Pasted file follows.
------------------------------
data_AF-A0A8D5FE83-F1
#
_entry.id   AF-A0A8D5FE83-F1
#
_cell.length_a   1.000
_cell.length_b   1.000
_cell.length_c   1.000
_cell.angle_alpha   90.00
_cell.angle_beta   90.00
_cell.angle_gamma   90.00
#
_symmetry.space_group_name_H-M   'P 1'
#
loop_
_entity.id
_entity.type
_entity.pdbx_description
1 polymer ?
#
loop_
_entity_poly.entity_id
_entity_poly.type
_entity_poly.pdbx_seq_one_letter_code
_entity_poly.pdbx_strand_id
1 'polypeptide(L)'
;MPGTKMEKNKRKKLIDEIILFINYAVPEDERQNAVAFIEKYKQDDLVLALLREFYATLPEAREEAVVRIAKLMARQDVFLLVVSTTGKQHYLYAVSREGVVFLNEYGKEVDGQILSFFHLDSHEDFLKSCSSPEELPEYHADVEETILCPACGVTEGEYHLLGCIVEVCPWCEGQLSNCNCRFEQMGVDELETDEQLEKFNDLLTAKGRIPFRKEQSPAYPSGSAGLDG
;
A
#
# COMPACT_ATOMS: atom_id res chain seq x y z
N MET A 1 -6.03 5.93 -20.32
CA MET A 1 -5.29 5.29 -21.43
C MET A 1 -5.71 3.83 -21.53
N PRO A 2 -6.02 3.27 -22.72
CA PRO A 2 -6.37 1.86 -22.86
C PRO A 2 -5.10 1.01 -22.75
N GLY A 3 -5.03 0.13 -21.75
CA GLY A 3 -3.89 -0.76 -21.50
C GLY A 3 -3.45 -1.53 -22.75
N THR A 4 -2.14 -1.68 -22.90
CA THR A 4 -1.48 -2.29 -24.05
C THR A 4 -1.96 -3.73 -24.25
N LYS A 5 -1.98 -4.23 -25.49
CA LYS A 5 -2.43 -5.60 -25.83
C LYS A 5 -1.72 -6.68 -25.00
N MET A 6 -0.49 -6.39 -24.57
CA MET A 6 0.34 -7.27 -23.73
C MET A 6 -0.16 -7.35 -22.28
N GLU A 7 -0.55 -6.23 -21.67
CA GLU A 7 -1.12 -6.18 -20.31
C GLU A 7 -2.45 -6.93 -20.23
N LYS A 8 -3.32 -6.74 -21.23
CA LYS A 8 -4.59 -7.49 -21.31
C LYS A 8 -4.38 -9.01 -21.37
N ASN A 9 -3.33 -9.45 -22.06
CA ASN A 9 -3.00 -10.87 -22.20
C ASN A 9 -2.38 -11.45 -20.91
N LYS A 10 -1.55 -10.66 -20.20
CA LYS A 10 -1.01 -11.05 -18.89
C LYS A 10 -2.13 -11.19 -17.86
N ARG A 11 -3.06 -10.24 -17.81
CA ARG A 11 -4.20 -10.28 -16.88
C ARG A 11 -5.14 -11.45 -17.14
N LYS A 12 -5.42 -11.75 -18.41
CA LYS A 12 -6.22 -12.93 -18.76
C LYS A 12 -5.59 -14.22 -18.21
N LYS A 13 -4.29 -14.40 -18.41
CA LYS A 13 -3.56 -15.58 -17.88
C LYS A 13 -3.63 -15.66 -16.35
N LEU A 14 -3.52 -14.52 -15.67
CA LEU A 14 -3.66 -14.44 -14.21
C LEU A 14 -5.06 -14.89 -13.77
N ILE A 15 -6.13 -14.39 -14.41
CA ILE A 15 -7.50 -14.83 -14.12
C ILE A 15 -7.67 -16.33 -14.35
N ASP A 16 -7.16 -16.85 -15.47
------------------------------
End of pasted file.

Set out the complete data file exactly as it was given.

data_AF-A0A8D5FE83-F1
#
_entry.id   AF-A0A8D5FE83-F1
#
_cell.length_a   1.000
_cell.length_b   1.000
_cell.length_c   1.000
_cell.angle_alpha   90.00
_cell.angle_beta   90.00
_cell.angle_gamma   90.00
#
_symmetry.space_group_name_H-M   'P 1'
#
loop_
_entity.id
_entity.type
_entity.pdbx_description
1 polymer ?
#
loop_
_entity_poly.entity_id
_entity_poly.type
_entity_poly.pdbx_seq_one_letter_code
_entity_poly.pdbx_strand_id
1 'polypeptide(L)'
;MPGTKMEKNKRKKLIDEIILFINYAVPEDERQNAVAFIEKYKQDDLVLALLREFYATLPEAREEAVVRIAKLMARQDVFLLVVSTTGKQHYLYAVSREGVVFLNEYGKEVDGQILSFFHLDSHEDFLKSCSSPEELPEYHADVEETILCPACGVTEGEYHLLGCIVEVCPWCEGQLSNCNCRFEQMGVDELETDEQLEKFNDLLTAKGRIPFRKEQSPAYPSGSAGLDG
;
A
#
# COMPACT_ATOMS: atom_id res chain seq x y z
N MET A 1 -6.03 5.93 -20.32
CA MET A 1 -5.29 5.29 -21.43
C MET A 1 -5.71 3.83 -21.53
N PRO A 2 -6.02 3.27 -22.72
CA PRO A 2 -6.37 1.86 -22.86
C PRO A 2 -5.10 1.01 -22.75
N GLY A 3 -5.03 0.13 -21.75
CA GLY A 3 -3.89 -0.76 -21.50
C GLY A 3 -3.45 -1.53 -22.75
N THR A 4 -2.14 -1.68 -22.90
CA THR A 4 -1.48 -2.29 -24.05
C THR A 4 -1.96 -3.73 -24.25
N LYS A 5 -1.98 -4.23 -25.49
CA LYS A 5 -2.43 -5.60 -25.83
C LYS A 5 -1.72 -6.68 -25.00
N MET A 6 -0.49 -6.39 -24.57
CA MET A 6 0.34 -7.27 -23.73
C MET A 6 -0.16 -7.35 -22.28
N GLU A 7 -0.55 -6.23 -21.67
CA GLU A 7 -1.12 -6.18 -20.31
C GLU A 7 -2.45 -6.93 -20.23
N LYS A 8 -3.32 -6.74 -21.23
CA LYS A 8 -4.59 -7.49 -21.31
C LYS A 8 -4.38 -9.01 -21.37
N ASN A 9 -3.33 -9.45 -22.06
CA ASN A 9 -3.00 -10.87 -22.20
C ASN A 9 -2.38 -11.45 -20.91
N LYS A 10 -1.55 -10.66 -20.20
CA LYS A 10 -1.01 -11.05 -18.89
C LYS A 10 -2.13 -11.19 -17.86
N ARG A 11 -3.06 -10.24 -17.81
CA ARG A 11 -4.20 -10.28 -16.88
C ARG A 11 -5.14 -11.45 -17.14
N LYS A 12 -5.42 -11.75 -18.41
CA LYS A 12 -6.22 -12.93 -18.76
C LYS A 12 -5.59 -14.22 -18.21
N LYS A 13 -4.29 -14.40 -18.41
CA LYS A 13 -3.56 -15.58 -17.88
C LYS A 13 -3.63 -15.66 -16.35
N LEU A 14 -3.52 -14.52 -15.67
CA LEU A 14 -3.66 -14.44 -14.21
C LEU A 14 -5.06 -14.89 -13.77
N ILE A 15 -6.13 -14.39 -14.41
CA ILE A 15 -7.50 -14.83 -14.12
C ILE A 15 -7.67 -16.33 -14.35
N ASP A 16 -7.16 -16.85 -15.47